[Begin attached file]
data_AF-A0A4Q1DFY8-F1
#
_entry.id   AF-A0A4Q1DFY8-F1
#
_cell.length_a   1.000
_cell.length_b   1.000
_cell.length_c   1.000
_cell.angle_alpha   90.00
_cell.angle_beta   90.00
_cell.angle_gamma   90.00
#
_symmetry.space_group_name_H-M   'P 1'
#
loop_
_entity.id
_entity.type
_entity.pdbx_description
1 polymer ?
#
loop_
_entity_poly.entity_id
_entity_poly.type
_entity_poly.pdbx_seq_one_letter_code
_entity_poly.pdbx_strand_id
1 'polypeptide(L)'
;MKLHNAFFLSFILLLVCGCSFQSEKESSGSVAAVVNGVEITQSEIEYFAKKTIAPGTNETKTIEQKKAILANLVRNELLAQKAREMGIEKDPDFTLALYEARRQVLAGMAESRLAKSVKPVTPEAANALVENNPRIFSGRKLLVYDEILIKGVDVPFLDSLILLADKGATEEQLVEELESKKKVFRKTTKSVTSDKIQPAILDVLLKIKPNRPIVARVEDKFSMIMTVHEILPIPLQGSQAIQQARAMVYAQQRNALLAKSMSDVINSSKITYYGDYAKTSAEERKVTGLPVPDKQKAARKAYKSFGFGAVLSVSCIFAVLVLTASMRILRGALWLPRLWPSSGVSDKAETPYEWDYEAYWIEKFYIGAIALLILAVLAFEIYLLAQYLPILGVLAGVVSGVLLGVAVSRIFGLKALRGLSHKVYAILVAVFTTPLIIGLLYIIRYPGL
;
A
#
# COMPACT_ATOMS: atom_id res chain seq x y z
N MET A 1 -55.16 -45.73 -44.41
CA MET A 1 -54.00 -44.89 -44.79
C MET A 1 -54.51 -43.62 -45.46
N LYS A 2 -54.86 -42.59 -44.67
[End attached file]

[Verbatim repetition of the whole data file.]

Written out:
data_AF-A0A4Q1DFY8-F1
#
_entry.id   AF-A0A4Q1DFY8-F1
#
_cell.length_a   1.000
_cell.length_b   1.000
_cell.length_c   1.000
_cell.angle_alpha   90.00
_cell.angle_beta   90.00
_cell.angle_gamma   90.00
#
_symmetry.space_group_name_H-M   'P 1'
#
loop_
_entity.id
_entity.type
_entity.pdbx_description
1 polymer ?
#
loop_
_entity_poly.entity_id
_entity_poly.type
_entity_poly.pdbx_seq_one_letter_code
_entity_poly.pdbx_strand_id
1 'polypeptide(L)'
;MKLHNAFFLSFILLLVCGCSFQSEKESSGSVAAVVNGVEITQSEIEYFAKKTIAPGTNETKTIEQKKAILANLVRNELLAQKAREMGIEKDPDFTLALYEARRQVLAGMAESRLAKSVKPVTPEAANALVENNPRIFSGRKLLVYDEILIKGVDVPFLDSLILLADKGATEEQLVEELESKKKVFRKTTKSVTSDKIQPAILDVLLKIKPNRPIVARVEDKFSMIMTVHEILPIPLQGSQAIQQARAMVYAQQRNALLAKSMSDVINSSKITYYGDYAKTSAEERKVTGLPVPDKQKAARKAYKSFGFGAVLSVSCIFAVLVLTASMRILRGALWLPRLWPSSGVSDKAETPYEWDYEAYWIEKFYIGAIALLILAVLAFEIYLLAQYLPILGVLAGVVSGVLLGVAVSRIFGLKALRGLSHKVYAILVAVFTTPLIIGLLYIIRYPGL
;
A
#
# COMPACT_ATOMS: atom_id res chain seq x y z
N MET A 1 -55.16 -45.73 -44.41
CA MET A 1 -54.00 -44.89 -44.79
C MET A 1 -54.51 -43.62 -45.46
N LYS A 2 -54.86 -42.59 -44.67